The menu had a trove of interesting options. Aromatic tempting appetizers such as the baked brie, artichoke dipping sauce and buffalo wings. As well as hearty entrees such as thanksgiving sandwiches, mac n' cheese and shepard's pie. Stephanie's provides the types of classy comfort foods that bring you right back to mom's Sunday night dinners.

Ordinarily priding ourselves on adventurous dining, we turned this night to the classic chicken pot pie. Our first response was: man! this is a puny pie, but then we took a bite and realized it was heavier than a Metallica concert. Creamy, with big chunks of chicken, peas, carrots and potatoes. That magnificent aforementioned bread bowl helped to soup up every last bite.

One Heavy Pie
Trying to balance our passion with practicality and health concerns, we opted for a goat cheese beet salad as a counterweight. A gloriously large array of beets, goat cheese, asparagus, chickpeas, walnuts, caramelized onions, tomatoes, spinach and drizzled with an unnoticeable dressing--as if it even needed dressing. We couldn't even finish this gargantuan salad.
Gargantuan Salad
Romance in the air and the sweet tinge of cheap perfume taunting our nostrils, we retreated into the bitter Boston night with warm hearts and full bellies.

Stephanie's on Newbury
190 Newbury St
Boston, MA 02116
(617) 236-0990‎

Monday, February 15, 2010

Zoe's Restaurant--Where the Palateers go marching in?

Roll out of bed ye sleepy heads, tis sunday, when the dieties feast. Time for brunch, time to munch on greasy spoon specials: three egg omelets, thick frappes and burgers. All good. But where will we stagger to devour such delights? We march to Cambridge while singing breakfast ballads and meal melodies. Can you hear it hungry reader?Join us for a wild morning of debrunchery.

Hark thee angels to thy destination of Zoe's Restaurant. Where snacking saints and munching monks find theirs alms, with payment of course. Note the subterranean hall, with colorful pews. The restaurant is Greek and American. If you choose Greek, you can eat moussaka. If you choose American, you can eat a burger. We ate moussaka and a burger.

We also ordered the buffalo chicken sandwich. It had some nice zing.The spicy sauce went well with the crispy chicken strips. It came as a wrap with crisp lettuce and chunks of fresh tomato. Instead of regular fries, we of course had the sweet potato.


Spicy Chicken Wrap
We also ordered the Zoe's burger. It was interesting. The egg wasn't yoky, which is how we wished it was. That part was disappointing. But the burger was still very good – rye bread, no pastrami, spinach, feta, tomato and onions and a burger. It was big, large and filling.


Big burger, but no runny yoke
We really wanted to explore the unknown so we went for the moussaka. What's a moussaka, you ask, inquisitive reader? A moussaka is layers of eggplant and ground beef topped with a rich béchamel cream sauce. Served with rice and green beans. It will sock you to the floor. It was savory.

Moussaka!

Zoes restaurant in Cambridge – where the Palateers go marching in.

Zoe's Restaurant
1105 Massachusetts Avenue
Cambridge, MA 02138-5220
(617) 495-0055
Cambridge Restaurant Review

Tuesday, January 19, 2010

Tupelo--A little taste of the south

One of the Palateers visited Tupelo this past summer, and raved about the Southern hospitality. So they dragged the other one over for a taste of some Southern flavors.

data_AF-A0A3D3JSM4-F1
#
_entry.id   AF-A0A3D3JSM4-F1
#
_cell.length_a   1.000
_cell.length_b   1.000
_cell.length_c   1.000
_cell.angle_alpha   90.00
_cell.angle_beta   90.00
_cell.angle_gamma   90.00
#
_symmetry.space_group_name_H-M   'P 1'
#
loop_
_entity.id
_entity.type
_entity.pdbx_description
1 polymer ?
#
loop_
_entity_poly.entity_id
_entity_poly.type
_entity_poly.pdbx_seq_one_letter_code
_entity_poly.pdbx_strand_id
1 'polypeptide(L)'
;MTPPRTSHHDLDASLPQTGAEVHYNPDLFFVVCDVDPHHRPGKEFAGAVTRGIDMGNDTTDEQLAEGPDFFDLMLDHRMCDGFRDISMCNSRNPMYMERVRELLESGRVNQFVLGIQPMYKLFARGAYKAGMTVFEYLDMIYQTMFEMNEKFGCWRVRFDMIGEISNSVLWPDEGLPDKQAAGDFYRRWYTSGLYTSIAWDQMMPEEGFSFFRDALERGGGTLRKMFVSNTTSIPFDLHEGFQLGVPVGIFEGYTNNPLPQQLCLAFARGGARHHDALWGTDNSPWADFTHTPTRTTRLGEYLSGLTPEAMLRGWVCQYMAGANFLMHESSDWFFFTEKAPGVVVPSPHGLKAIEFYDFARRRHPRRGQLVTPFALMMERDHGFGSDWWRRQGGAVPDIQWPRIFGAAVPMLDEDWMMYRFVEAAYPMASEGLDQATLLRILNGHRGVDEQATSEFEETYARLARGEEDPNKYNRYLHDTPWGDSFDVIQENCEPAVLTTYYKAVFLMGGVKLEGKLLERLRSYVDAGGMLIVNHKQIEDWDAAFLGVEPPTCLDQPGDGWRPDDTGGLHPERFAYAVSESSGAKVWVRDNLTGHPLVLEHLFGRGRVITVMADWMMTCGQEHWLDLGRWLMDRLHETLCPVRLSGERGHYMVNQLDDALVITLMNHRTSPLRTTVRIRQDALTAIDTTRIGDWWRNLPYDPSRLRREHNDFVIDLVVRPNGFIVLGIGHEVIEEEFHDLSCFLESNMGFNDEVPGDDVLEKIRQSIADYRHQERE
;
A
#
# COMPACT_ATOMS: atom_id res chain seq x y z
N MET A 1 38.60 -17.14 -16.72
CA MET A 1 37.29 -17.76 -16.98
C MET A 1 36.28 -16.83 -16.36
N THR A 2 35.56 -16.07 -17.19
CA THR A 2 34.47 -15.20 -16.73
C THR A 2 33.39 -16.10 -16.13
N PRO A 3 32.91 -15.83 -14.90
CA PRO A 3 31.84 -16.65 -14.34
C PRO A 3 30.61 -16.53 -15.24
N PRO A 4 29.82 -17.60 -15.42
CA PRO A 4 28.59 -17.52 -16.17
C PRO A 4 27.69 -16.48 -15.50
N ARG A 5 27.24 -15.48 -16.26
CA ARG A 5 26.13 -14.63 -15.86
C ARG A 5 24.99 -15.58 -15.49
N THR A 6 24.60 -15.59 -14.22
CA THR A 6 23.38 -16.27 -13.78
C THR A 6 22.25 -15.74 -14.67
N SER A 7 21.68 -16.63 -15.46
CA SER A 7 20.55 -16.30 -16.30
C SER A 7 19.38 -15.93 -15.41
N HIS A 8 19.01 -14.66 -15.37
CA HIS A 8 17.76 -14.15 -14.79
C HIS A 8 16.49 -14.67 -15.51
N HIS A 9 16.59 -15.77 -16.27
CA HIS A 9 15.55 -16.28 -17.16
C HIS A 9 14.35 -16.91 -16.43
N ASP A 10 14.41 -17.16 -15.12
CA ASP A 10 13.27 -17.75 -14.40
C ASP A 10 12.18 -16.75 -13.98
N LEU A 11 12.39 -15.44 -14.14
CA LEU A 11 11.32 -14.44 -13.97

First thing we realized about Tupelo is it is a popping place – as in 40 minutes to an hour wait on a Saturday night. And no reservations. Forewarning for any late evening diner. This speaks volumes about the quality of the cuisine, and how fast word spreads, as it opened this past summer.

Inside had a cozy decor, with murals of hot New Orleans nights, multitudes of Elvis drawings, and water served in jars. The back room is perfect for waiting, as we initially did, until we fortunately caught two seats at the bar. People were everywhere: servers, customers waiting for tables glass of wine in hand, and the cooks in plain view at the back. We have a theory that if you order a bottle of wine, they seat you in 5 minutes. We saw it happen.

Going early is important as we found out the hard way. 6pm on a Tuesday would probably have been a little better than 8pm on a Saturday. We were sad to learn that they ran out of the complimentary corn bread and two of the entrees – including one we wanted, the catfish. These facts dampened our spirits until the food arrived.

Tupelo only serves wine and beer, but has a good variety of different beers, including Duvel and some type of chocolate stout. And, as any good Southern restaurant should have, root beer in a bottle. We were sitting at the bar, so we didn't get the full waitstaff experience. The bartender seemed nice but extremely busy.

The food was mighty scrumptious, and came with three types of hot sauce. Our first entree was the BBQ'd half chicken ($16). This slow roasted, extremely filling chicken fell right off the bone and was finger-lickin' good. The shredded maple autumn squash complimented the chicken well and was sweet and chewy. Served with a load of dressing and a few greens. The advertised sweet onion pickle was unnoticeable.

Finger lickin good
Our second dish was a Cajun gumbo ($12). This big mixing bowl was filled with pulled chicken, rice, green peppers, onions, and our personal favorites, Andouille sausage and okra. The first bite helped clean out the sinuses, and we didn't look back after that until we saw bottom.

Spicy
If we ever find ourselves stranded in Mississippi or Louisiana, our expectations our high after Tupelo.

Tupelo
1193 Cambridge Street
Cambridge, MA 02139